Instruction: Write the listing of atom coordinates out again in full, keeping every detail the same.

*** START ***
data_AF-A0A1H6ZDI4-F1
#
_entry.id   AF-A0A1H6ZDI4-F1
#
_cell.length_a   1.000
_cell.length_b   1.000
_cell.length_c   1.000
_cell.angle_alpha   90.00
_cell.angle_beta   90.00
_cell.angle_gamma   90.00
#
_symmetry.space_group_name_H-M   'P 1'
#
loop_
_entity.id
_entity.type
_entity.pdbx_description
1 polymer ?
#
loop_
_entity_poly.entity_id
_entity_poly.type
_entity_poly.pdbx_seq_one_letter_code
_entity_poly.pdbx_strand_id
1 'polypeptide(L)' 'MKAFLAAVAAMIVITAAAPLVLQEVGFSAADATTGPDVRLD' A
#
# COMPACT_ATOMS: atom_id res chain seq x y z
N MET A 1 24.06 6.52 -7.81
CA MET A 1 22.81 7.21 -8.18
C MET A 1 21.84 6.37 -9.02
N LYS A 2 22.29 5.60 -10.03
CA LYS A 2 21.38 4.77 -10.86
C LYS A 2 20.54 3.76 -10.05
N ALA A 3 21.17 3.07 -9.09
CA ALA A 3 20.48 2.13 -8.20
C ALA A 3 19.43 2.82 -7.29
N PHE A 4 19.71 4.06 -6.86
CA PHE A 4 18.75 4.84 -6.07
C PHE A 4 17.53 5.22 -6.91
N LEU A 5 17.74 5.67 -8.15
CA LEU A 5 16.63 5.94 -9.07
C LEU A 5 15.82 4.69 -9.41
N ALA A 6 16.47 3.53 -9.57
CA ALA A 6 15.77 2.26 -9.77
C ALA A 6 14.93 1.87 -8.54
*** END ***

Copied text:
data_AF-A0A1H6ZDI4-F1
#
_entry.id   AF-A0A1H6ZDI4-F1
#
_cell.length_a   1.000
_cell.length_b   1.000
_cell.length_c   1.000
_cell.angle_alpha   90.00
_cell.angle_beta   90.00
_cell.angle_gamma   90.00
#
_symmetry.space_group_name_H-M   'P 1'
#
loop_
_entity.id
_entity.type
_entity.pdbx_description
1 polymer ?
#
loop_
_entity_poly.entity_id
_entity_poly.type
_entity_poly.pdbx_seq_one_letter_code
_entity_poly.pdbx_strand_id
1 'polypeptide(L)' 'MKAFLAAVAAMIVITAAAPLVLQEVGFSAADATTGPDVRLD' A
#
# COMPACT_ATOMS: atom_id res chain seq x y z
N MET A 1 24.06 6.52 -7.81
CA MET A 1 22.81 7.21 -8.18
C MET A 1 21.84 6.37 -9.02
N LYS A 2 22.29 5.60 -10.03
CA LYS A 2 21.38 4.77 -10.86
C LYS A 2 20.54 3.76 -10.05
N ALA A 3 21.17 3.07 -9.09
CA ALA A 3 20.48 2.13 -8.20
C ALA A 3 19.43 2.82 -7.29
N PHE A 4 19.71 4.06 -6.86
CA PHE A 4 18.75 4.84 -6.07
C PHE A 4 17.53 5.22 -6.91
N LEU A 5 17.74 5.67 -8.15
CA LEU A 5 16.63 5.94 -9.07
C LEU A 5 15.82 4.69 -9.41
N ALA A 6 16.47 3.53 -9.57
CA ALA A 6 15.77 2.26 -9.77
C ALA A 6 14.93 1.87 -8.54